COVID-19 patient care predicts nurse parental burnout and child abuse: mediating effects of compassion fatigue


Child abuse Negl. December 27, 2021: 105458. doi: 10.1016 / j.chiabu.2021.105458. Online ahead of print.


BACKGROUND: Nurses who are also parents may be at risk of not only professional compassion fatigue, but also parental burnout – a reliable and valid predictor of child abuse and neglect. In support of this, recent research reveals that stressors related to COVID-19 in parents predicted a high potential for child abuse (Katz & Fallon, 2021).

OBJECTIVE: We explored the harmful effects of the COVID-19 pandemic on parental exhaustion, child abuse and neglect among nurses, as mediated by compassion fatigue (i.e., a combination of burnout and secondary traumatic stress).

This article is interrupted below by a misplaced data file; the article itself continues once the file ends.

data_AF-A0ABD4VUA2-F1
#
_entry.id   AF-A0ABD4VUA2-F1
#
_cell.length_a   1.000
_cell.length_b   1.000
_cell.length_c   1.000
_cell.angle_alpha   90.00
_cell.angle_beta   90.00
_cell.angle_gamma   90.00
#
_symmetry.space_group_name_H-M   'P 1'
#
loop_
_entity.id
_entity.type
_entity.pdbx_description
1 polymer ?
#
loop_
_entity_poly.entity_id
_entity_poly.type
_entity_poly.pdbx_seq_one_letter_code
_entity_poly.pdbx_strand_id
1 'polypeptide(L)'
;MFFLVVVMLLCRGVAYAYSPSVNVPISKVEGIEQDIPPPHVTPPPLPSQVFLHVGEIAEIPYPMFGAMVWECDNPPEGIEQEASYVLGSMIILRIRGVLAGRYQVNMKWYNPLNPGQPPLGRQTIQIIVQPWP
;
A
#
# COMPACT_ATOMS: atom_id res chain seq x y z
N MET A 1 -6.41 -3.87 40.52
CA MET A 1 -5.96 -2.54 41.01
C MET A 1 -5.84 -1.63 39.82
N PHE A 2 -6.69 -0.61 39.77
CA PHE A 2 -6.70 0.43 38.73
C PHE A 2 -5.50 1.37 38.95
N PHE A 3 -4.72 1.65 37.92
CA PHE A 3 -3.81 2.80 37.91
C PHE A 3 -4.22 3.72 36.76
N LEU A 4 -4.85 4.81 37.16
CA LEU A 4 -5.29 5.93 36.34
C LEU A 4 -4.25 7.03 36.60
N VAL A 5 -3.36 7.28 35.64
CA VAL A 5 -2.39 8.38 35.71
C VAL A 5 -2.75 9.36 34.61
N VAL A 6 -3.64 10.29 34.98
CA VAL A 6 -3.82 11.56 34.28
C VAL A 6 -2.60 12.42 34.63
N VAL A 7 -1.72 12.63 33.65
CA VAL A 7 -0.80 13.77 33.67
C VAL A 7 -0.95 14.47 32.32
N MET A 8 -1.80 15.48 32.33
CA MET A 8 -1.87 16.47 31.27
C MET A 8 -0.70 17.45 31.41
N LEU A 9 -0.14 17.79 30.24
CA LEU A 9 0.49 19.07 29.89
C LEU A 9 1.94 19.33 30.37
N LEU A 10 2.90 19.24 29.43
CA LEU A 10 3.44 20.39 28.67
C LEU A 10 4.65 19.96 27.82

PARTICIPANTS AND EXECUTIVE: The participants were 244 nurses (age M = 32.4; 87% female) who were parents of young children (aged 12 or younger) recruited through chain referral sampling.

METHODS: Participants completed an anonymous survey assessing how well they care for COVID-19 patients, are exposed to patients suffering and dying from COVID-19, and have lost family income due to COVID-19. We also measured their compassion fatigue, compassionate satisfaction, drug addiction, spousal conflict, parental burnout, child abuse, and child neglect.

RESULTS: As hypothetically, direct care of COVID-19 patients, exposure to death and suffering of patients from COVID-19, and loss of family income from COVID-19 predicted greater compassion fatigue , which in turn predicted greater parental exhaustion, child abuse, child neglect, spousal conflict, and substance abuse (AE 0.06, all ps

CONCLUSIONS: Theoretical implications and practical implications for medical practice and the prevention of child abuse are discussed.

PMID: 34980500 | DOI: 10.1016 / j.chiabu.2021.105458


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